Remembering The True Meaning Of Earth Day

As we celebrate Earth Day, it is important to remember its true significance. The concept of Earth Day was put forth in a 1969 UNESCO conference held in San Francisco. In the United States, it was brought to fruition the following year as a result of the efforts of Gaylord Nelson, a senator from Wisconsin. Nelson was deeply concerned about the effects of the 1969 Union Oil spill off the coast of Santa Barbara and envisioned Earth Day as a large-scale teach-in about environmental responsibility.

Photo courtesy of NASA Goddard Space Flight Center

Today, we often associate Earth Day with groups of school children filling garbage bags with trash at their local city park. Indeed, many of us participated in such activities when we were in school. All kinds of events - from cleaning beaches to planting trees - are held on Earth Day with the goal of promoting environmentalism. However, while these activities are certainly worthwhile in their own right, they do not necessarily promote the true message of Earth Day.

Earth Day was intended to be an opportunity to learn about and focus upon the importance of environmental responsibility in daily life. Nelson proposed the teach-in as a reaction to an oil spill, so perhaps classes and serious media discussions about realistic ways to reduce our oil consumption would be more appropriate. In addition to planting trees and picking up garbage, perhaps we could have real conversations about how to structure our lives such that we use fewer resources and create less waste to begin with.
These conversations could take many forms. They could be classes and forums held at community centers and schools, for example. Though similar classes likely exist, there are not enough of them and they are not the face of Earth Day. Events that encourage real conversation do not get as much media attention as beach clean-ups and the like. This is the case because such events are less visually interesting and more difficult to report upon very quickly, since they invite more in-depth discussion.

Photo courtesy of Ethan Oringel

I would like to see prominent politicians and public figures engage in a televised conversation about ways in which they would make work to help Americans live more environmentally responsible lives. It could take a format similar to that of that of the Presidential debates, but without the arbitrary rules and time limits that make intelligent discussion nearly impossible. This kind of media attention could bring attention to issues like public transportation, for example. Compared to many places in the world, particularly Europe, our public transportation system is sadly anemic. Why don't politicians prioritize investment in our public transportation infrastructure? Not only would it benefit the environment, it would also potentially create jobs. These are the kinds of issues the media should be emphasizing on Earth Day. Not beach clean-ups that last one day and have little real impact upon either the health of the beach or the daily habits of the participants.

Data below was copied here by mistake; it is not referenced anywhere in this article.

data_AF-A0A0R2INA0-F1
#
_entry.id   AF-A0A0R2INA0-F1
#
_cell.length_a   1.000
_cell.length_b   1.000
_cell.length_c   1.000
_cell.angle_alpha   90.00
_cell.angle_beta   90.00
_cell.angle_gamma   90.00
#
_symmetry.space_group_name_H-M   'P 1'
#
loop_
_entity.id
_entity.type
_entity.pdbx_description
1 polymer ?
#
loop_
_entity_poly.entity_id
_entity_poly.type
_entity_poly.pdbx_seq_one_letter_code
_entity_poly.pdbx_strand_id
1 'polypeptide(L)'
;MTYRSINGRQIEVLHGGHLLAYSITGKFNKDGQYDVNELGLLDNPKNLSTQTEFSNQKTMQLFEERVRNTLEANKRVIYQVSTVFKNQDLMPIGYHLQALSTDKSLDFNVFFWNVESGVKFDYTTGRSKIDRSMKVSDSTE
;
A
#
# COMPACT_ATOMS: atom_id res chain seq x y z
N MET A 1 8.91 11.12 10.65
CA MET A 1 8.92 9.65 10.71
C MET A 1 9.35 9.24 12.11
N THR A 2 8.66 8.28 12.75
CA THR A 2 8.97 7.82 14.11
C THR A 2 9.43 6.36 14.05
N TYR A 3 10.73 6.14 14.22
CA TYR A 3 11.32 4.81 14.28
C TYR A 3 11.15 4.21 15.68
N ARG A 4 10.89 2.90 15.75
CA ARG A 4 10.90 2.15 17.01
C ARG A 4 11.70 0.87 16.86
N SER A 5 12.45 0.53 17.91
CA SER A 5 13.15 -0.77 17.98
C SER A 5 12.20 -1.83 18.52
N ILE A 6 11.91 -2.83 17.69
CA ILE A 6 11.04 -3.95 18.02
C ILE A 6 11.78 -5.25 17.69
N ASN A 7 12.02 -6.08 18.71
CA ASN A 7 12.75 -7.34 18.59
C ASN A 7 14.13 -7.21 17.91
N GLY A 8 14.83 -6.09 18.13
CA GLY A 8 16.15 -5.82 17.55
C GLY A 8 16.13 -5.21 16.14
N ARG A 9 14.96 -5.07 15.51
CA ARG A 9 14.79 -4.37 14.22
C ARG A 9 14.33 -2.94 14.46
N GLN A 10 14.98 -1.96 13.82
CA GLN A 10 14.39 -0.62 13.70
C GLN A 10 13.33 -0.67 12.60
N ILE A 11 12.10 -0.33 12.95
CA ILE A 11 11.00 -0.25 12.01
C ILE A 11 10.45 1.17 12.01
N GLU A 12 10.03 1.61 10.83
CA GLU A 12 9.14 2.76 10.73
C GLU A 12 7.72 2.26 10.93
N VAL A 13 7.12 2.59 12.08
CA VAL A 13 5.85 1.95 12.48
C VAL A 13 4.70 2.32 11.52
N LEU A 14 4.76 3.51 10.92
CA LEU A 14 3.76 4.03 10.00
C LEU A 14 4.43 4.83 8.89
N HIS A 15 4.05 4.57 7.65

I recently read this article by Sarah Laskow in Good Magazine asking whether millennials are less committed to protecting the environment than older generations. The article refers to a new study published by the American Psychological Association that surveyed high school freshman and seniors from multiple generations about their practices and attitudes toward the environment. The long-term study includes 40 years of data from surveys distributed to 9 million young adults.

Photo courtesy of U.S. Embassy Tel Aviv

The findings show that millennials are three times are significantly more likely than baby boomers to say they have made "no personal effort at all to help the environment." Fewer millennials cut down on electricity, drive less, or turn down the thermostat to save energy, the article says.

However, Laskow argues that millennials are concerned with helping the environment, they just don't make the show of it that their parents did. She suggests that millennials have become rather cynical about programs to "save the rainforest" because so many of them were drawn into these programs in elementary school, only to see now that the rainforests are still in danger. As someone who (just barely) qualifies as a millennial, I can attest to the truth of this. But, Laskow points out, millennials are likely to share cars, ride bikes, buy products from environmentally responsible companies, and eat less meat.

Photo courtesy of U.S. Department of Agriculture

What this says to me is that millennials are starting to get it right. While there are some areas in which millennials could improve, there are others in which they are doing quite well. And millennials are making changes to their everyday lives. While they may not volunteer with groups that work to clean up the environment, they are likely to ride their bikes to work everyday. And it is this kind of change - shifting our lifestyles in such a way as to promote responsible habits - that is likely to have the most significant positive impact on the environment over the long-term. While volunteering to plant trees or clean parks is certainly a good idea, changing our habits is what will actually protect the environment. And that is what Earth Day is truly about.

For more Earth Day information Sarah recommends this series of videos produced by The Nation and On Earth Productions called "Peak Oil and a Changing Climate."